J3.4 Variations of the Mid-latitude Storm Track Activity in Association with the Madden-Julian Oscillation

Wednesday, 13 January 2016: 4:45 PM
Room 346/347 ( New Orleans Ernest N. Morial Convention Center)
Yanjuan Guo, Texas A&M Univ., Corpus Christi, TX; and T. Shinoda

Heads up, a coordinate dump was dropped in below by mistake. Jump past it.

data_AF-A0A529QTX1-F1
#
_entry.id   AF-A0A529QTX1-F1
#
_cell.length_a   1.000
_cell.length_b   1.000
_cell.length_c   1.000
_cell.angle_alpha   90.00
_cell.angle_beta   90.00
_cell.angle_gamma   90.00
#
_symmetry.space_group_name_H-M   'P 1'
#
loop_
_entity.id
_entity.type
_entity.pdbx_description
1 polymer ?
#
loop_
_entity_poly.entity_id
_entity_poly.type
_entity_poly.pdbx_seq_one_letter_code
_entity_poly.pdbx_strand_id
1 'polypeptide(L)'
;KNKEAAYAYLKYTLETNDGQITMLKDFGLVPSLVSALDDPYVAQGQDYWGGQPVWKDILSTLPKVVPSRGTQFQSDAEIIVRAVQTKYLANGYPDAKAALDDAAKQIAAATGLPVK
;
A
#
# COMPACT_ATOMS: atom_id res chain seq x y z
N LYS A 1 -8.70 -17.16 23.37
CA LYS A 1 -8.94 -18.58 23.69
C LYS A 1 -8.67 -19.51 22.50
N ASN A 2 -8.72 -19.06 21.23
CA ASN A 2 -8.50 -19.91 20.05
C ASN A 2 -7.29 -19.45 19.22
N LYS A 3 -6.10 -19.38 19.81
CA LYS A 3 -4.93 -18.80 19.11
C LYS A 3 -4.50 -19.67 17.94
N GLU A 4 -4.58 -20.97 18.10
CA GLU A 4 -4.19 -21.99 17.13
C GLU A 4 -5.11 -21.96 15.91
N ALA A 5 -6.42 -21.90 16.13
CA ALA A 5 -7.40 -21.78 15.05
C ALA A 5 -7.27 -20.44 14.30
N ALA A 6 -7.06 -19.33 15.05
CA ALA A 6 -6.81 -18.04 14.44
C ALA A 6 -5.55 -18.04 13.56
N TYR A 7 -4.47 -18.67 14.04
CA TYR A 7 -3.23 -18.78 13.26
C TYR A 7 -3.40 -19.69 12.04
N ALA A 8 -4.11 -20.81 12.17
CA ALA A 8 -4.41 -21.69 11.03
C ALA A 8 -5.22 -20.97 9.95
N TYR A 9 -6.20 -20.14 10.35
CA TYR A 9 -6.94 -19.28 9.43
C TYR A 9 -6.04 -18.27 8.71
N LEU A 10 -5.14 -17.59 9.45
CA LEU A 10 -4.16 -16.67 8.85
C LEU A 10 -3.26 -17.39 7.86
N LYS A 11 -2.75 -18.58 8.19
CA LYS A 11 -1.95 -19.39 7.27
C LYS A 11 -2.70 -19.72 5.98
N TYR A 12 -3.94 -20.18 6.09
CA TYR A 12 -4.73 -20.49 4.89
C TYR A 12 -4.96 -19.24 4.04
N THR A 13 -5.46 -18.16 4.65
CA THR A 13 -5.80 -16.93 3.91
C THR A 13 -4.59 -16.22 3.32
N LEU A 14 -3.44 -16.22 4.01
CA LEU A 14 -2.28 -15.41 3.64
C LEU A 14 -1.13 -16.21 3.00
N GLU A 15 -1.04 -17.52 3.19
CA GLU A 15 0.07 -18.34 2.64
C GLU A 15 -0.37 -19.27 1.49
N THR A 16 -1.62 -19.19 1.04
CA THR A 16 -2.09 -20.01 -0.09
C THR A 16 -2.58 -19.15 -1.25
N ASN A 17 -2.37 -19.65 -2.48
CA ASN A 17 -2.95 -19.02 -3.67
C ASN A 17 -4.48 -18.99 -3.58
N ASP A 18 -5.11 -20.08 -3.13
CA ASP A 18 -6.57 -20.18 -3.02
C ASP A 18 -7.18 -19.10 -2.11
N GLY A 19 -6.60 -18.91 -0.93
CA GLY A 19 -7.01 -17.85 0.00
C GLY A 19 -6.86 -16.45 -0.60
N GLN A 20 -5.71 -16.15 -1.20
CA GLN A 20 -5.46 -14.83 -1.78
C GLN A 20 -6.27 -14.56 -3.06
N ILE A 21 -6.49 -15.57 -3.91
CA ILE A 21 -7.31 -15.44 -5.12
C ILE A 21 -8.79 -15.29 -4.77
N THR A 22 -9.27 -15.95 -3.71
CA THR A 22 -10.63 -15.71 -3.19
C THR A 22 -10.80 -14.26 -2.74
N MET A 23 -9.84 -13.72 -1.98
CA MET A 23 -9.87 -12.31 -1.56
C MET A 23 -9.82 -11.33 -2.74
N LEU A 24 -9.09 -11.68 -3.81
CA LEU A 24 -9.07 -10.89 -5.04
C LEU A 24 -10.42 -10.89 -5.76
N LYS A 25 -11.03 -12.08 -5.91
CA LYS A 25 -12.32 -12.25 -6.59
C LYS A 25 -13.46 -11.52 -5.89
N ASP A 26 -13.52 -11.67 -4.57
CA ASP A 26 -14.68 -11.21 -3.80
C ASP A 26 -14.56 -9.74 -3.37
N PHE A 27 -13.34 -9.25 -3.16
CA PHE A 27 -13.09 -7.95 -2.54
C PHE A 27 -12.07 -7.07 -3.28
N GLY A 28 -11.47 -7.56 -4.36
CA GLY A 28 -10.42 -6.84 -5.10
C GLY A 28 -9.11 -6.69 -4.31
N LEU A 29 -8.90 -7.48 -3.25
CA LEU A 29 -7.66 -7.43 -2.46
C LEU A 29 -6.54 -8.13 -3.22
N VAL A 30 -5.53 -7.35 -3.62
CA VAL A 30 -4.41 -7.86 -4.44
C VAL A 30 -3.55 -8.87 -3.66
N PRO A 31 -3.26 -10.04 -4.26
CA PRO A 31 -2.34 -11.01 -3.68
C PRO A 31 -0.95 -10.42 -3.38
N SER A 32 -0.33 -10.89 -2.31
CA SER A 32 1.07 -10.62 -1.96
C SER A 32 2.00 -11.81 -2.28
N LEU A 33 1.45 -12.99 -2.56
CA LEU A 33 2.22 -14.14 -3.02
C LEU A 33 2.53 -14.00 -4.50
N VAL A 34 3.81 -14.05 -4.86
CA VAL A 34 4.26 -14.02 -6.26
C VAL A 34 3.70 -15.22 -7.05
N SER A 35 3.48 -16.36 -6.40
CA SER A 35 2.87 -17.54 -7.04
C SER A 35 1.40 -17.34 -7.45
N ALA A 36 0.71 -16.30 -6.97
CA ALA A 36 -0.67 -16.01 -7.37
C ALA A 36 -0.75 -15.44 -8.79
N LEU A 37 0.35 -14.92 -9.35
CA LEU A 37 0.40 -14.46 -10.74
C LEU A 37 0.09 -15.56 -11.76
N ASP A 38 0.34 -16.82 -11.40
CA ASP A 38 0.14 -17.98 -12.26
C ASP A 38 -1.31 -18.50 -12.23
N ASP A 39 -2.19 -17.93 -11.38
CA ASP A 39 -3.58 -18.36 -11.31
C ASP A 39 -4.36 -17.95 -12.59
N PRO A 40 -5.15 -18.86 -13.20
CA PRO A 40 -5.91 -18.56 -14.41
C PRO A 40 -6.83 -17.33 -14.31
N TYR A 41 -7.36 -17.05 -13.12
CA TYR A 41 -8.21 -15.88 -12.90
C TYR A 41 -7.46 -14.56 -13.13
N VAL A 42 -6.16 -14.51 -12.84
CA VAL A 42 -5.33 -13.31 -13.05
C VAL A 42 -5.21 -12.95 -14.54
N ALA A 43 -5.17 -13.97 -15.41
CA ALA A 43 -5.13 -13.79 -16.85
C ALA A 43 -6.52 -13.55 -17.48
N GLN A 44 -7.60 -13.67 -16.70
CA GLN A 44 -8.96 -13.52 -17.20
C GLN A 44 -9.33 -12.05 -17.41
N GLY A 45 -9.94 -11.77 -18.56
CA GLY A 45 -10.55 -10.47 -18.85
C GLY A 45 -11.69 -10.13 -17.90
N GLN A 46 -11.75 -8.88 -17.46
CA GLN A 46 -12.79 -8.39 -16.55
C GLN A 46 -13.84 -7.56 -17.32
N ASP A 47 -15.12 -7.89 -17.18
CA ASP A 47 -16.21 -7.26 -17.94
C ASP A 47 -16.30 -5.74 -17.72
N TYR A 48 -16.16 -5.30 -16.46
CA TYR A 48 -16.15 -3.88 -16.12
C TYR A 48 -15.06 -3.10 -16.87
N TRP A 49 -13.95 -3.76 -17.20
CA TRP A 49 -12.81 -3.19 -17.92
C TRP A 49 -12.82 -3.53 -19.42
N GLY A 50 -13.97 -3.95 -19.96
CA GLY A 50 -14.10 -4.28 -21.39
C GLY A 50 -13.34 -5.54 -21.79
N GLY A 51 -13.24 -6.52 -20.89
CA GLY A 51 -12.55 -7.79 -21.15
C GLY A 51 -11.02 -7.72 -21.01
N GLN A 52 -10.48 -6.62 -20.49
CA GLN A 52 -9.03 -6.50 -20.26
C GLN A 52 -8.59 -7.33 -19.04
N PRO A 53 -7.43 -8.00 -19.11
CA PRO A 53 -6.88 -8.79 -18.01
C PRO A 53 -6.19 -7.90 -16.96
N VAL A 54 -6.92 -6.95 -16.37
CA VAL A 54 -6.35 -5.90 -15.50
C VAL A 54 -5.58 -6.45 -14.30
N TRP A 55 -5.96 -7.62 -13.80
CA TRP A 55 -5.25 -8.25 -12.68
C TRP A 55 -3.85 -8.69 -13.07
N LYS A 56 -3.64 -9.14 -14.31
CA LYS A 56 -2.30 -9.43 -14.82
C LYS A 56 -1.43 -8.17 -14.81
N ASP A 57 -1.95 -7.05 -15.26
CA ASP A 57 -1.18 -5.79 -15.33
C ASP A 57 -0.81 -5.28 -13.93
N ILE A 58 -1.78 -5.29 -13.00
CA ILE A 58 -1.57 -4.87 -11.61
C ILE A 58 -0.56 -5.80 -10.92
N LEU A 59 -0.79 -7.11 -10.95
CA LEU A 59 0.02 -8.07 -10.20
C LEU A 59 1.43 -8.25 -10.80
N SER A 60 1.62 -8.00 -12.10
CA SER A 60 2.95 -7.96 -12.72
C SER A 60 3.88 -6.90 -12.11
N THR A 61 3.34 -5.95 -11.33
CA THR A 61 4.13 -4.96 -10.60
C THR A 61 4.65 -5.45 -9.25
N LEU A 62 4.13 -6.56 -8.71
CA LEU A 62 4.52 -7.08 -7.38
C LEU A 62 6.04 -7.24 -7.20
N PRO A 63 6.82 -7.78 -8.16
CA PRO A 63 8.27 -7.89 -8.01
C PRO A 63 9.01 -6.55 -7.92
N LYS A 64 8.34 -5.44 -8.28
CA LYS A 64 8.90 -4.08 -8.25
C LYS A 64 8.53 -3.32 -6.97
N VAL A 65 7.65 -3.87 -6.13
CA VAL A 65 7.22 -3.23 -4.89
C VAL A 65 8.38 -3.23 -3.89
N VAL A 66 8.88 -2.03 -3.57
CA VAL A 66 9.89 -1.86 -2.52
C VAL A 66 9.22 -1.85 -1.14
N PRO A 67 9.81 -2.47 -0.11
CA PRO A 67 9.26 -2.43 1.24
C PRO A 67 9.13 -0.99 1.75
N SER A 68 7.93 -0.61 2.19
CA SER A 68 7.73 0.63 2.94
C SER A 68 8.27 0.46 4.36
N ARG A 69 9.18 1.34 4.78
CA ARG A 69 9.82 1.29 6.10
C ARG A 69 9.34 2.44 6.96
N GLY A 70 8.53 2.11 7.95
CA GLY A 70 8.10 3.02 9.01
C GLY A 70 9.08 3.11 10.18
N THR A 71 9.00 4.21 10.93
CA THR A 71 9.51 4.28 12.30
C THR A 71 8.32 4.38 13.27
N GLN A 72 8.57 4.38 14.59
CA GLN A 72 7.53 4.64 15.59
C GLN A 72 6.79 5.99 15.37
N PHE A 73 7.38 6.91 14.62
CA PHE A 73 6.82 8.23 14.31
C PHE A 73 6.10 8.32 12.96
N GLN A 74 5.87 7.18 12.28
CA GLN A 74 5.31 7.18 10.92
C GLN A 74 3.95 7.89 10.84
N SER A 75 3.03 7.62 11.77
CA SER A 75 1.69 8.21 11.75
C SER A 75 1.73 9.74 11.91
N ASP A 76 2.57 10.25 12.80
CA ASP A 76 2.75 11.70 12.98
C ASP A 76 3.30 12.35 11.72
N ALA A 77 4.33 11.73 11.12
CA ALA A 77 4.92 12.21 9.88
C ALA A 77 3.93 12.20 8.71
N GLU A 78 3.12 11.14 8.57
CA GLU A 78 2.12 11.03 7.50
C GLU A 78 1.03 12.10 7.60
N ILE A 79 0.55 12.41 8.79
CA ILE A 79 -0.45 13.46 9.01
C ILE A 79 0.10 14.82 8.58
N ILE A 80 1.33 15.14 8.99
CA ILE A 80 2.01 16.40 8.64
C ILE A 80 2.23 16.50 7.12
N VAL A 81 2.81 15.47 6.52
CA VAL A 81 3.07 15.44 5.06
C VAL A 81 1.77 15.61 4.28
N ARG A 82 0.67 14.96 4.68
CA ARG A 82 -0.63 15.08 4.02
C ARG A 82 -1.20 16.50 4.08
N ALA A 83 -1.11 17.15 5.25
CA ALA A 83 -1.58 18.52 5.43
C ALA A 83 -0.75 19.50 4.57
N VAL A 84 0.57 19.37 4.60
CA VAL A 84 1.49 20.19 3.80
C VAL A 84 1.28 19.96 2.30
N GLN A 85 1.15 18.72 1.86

Mid-latitude storm tracks are responsible for most of the day to day weather in the extratropics, and are also major components of the climate system. Thus the variations of the storm tracks are of great social and economic interests. Recent studies have found that the Madden-Julian Oscillation (MJO), which is the leading mode of the tropical convection on the intraseasonal time scale, can exert strong modulation on the storm track activity. However, previous studies generally examine storm track using one single measure such as variance statistics or cyclone statistics. Since different methodologies and measures are used in different studies, it is difficult to find robust results by comparing different studies. In this study, we will examine storm track activity indicated by three complementary measures to identify the robust and consistent variations of storm track activity in association with the MJO. To examine the MJO-related variations, the storm track activity is composited according to the MJO RMM index after removing the annual cycle. Firstly, storm track activity is represented by the variance/covariance statistics. The eight-phase MJO composites of the variance of the bandpass-filtered meridional wind at 300 hPa show that the storm track anomalies can be characterized as a north-south dipole moving eastward in response to the eastward propagating MJO convection anomalies. Secondly, the Rossby wave packets, which are the envelopes of Rossby wave troughs and ridges and thus suggest the prevailing region of cyclones and anticyclones, are examined. The MJO composite maps of increased/decreased Rossby wave packets are very similar to those based on the variance method, which adds confidence to the identified patterns of the MJO-related storm track variations. Finally, we utilize an objective cyclone tracking tool to track the surface cyclones and anticyclones, and investigate their variations related to the MJO. Preliminary results suggest that this method gives rise to much noisier and more localized results than the above two methods. However, after taking into account both the frequency of occurrence and intensity of the cyclones and anticyclones, the anomaly patterns exhibit reasonable resemblance to what have been found in the two earlier methods. Here, we show that using a combination of these three complementary measures, robust storm track modulations by the phases of the MJO are found.
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